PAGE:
Early intervention key to crime prevention, MPs say

23 March 2010

In a report released today, the Home Affairs Committee says early intervention is key to reducing criminality and the ability to identify those most at risk is an important tool in crime prevention

The report points out that a young person in the criminal justice system costs the taxpayer on average over £200,000 by the age of 16, while one given support to stay out costs less than £50,000. Yet only 7 per cent of Youth Justice Board funding is specifically dedicated to prevention.

The Committee says a more effective long-term prevention strategy must focus on early intervention with at-risk young children and their parents. Children exposed to the most acute combination of risk factors -which include family neglect, poverty, school under-achievement and a lack of positive role models - are between five and 20 times more likely to offend than those who are not.

The Government has made a good start in this area, particularly through the Sure Start initiative, but needs to go further, ensuring that support reaches the most vulnerable and is available throughout the childhood years, including at the point of transition from primary to secondary school.

However, being at-risk does not inevitably lead to offending and crime is committed by people from all walks of life. Therefore the Government must be careful not to place too much emphasis on predicting who will offend at the expense of reducing opportunities to commit crime.

The Committee suggests that more sophisticated crime data analysis can enable Government to spot and tackle emerging crime trends sooner, and says progress in this area has been too slow so far. Such information would better encourage and enable businesses to make offending harder or less appealing to criminals by "designing-out" crime, something which they may not see a benefit in doing otherwise.

Chair of the Committee Rt Hon Keith Vaz MP said:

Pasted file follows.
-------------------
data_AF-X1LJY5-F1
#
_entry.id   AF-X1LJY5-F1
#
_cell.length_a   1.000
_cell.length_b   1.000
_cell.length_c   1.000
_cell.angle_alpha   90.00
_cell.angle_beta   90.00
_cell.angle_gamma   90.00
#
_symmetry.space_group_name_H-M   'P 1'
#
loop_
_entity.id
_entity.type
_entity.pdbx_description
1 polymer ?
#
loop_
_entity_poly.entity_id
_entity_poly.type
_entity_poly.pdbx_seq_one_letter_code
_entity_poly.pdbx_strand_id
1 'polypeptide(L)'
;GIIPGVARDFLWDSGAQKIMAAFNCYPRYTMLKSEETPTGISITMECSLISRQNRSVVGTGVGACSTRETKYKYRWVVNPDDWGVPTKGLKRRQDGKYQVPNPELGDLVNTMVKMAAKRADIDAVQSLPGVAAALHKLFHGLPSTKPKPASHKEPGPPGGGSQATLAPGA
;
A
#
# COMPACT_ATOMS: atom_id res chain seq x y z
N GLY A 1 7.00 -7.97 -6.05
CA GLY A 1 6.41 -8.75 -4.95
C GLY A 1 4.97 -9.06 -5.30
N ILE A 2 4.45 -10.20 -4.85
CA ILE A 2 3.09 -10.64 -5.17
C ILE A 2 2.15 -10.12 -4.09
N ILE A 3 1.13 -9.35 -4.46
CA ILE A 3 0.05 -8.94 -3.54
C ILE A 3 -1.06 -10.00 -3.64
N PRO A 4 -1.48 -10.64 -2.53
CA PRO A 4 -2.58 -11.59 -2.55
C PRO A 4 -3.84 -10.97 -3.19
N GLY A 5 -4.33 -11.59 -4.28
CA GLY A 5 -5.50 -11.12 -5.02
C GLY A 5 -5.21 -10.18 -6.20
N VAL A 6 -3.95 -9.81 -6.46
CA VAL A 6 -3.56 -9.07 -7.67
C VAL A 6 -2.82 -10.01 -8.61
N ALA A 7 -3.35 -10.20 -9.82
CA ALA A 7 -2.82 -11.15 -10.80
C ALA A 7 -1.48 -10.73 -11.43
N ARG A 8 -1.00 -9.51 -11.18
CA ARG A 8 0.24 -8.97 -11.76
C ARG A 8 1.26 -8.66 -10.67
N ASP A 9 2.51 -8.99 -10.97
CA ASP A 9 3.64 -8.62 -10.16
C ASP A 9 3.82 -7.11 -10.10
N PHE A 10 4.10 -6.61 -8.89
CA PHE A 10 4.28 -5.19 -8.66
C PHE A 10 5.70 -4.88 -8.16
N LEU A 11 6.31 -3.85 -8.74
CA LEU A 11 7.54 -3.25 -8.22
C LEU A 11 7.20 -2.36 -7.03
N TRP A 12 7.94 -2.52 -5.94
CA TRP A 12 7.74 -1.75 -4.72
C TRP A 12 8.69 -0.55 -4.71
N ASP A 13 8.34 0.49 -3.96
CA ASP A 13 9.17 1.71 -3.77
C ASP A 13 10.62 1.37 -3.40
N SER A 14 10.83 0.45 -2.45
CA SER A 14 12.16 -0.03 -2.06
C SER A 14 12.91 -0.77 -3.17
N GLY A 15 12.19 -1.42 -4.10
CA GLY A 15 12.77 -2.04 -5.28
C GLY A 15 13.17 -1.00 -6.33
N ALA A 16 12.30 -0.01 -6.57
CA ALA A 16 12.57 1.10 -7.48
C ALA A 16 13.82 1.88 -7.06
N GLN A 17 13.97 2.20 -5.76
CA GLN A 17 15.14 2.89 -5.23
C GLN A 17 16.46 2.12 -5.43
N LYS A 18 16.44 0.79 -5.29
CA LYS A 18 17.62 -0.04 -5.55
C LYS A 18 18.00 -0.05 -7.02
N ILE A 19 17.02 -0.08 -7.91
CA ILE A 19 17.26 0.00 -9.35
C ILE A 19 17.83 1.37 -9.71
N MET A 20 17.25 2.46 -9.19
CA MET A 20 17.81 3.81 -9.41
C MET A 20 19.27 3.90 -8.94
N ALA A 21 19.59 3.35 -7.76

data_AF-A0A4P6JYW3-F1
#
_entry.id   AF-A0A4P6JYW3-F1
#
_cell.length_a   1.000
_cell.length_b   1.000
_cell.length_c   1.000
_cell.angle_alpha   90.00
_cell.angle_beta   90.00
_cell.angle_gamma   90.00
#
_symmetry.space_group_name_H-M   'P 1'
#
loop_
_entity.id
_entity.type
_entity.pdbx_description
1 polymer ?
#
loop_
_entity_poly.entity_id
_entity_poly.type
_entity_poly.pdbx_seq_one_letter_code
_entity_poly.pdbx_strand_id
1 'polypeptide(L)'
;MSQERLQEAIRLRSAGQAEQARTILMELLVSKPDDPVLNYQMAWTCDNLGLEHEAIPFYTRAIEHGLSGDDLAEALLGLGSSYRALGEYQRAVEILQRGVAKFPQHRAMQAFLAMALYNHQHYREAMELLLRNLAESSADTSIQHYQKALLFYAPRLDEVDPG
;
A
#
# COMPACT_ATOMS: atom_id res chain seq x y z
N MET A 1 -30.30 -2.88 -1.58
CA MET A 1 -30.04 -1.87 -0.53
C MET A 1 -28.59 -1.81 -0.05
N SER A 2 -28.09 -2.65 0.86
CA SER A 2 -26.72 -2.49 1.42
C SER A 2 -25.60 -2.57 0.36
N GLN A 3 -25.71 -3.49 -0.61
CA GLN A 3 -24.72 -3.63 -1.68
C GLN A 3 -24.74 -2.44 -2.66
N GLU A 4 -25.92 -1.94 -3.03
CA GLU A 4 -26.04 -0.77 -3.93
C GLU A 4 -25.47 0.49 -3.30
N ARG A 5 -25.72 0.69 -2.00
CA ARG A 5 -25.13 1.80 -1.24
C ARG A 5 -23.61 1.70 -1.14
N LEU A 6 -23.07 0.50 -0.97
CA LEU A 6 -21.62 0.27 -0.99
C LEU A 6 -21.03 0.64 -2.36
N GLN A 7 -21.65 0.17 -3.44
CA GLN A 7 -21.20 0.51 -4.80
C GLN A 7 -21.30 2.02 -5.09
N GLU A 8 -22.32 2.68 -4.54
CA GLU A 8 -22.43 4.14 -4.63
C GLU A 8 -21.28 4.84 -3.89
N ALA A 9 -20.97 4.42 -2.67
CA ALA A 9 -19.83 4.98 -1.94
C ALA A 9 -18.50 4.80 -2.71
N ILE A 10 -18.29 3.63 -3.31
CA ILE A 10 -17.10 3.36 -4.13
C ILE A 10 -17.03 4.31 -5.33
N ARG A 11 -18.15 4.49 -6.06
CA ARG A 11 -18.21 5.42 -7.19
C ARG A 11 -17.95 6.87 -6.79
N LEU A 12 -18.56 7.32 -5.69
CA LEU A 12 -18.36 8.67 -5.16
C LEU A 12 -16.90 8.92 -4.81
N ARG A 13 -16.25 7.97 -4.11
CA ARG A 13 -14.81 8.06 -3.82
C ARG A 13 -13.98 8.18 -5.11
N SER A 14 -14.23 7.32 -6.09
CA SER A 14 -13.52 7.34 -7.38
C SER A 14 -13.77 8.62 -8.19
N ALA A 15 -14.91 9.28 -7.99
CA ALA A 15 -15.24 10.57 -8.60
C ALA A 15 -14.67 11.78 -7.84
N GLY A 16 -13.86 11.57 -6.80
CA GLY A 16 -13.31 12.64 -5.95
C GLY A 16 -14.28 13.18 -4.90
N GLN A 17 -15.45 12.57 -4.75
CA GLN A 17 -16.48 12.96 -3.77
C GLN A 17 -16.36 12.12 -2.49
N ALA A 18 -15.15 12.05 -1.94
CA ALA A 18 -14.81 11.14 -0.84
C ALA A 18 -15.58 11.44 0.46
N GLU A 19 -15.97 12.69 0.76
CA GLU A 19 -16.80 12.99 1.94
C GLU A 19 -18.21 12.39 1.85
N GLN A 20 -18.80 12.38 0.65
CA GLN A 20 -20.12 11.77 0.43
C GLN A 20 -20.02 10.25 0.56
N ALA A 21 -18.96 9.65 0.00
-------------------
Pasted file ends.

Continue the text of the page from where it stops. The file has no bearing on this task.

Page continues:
"It may seem a bit of a truism now but the fact is that when it comes to preventing crime, all the value for money comes from investing in communities, in social programmes, in activities and mentoring for young people, in health, in technology - rather than spending on the criminal justice system.

"This Government has been tough on crime but not tough enough on the causes of crime. It is clear that prison, and especially short custodial sentences, do little or nothing to prevent offending or aid rehabilitation. And yet perhaps because of lack of investment, alternatives to custody are not yet working properly.

"Programmes such as Sure Start are particularly valuable and this type of programme should be extended to provide support further into the childhood years. We are also far from maximising the valuable possibilities offered by technologies that can "design out" crime.

"It took some pressure on the car industry but innovations that design out opportunities for crime have contributed to a 65 per cent reduction in vehicle theft since 1995.

"Obviously again - just investing in removing the opportunity for committing a crime is so much more effective, so much better value, than dealing with the financial and social costs of a crime once it has been committed."

Image: PA

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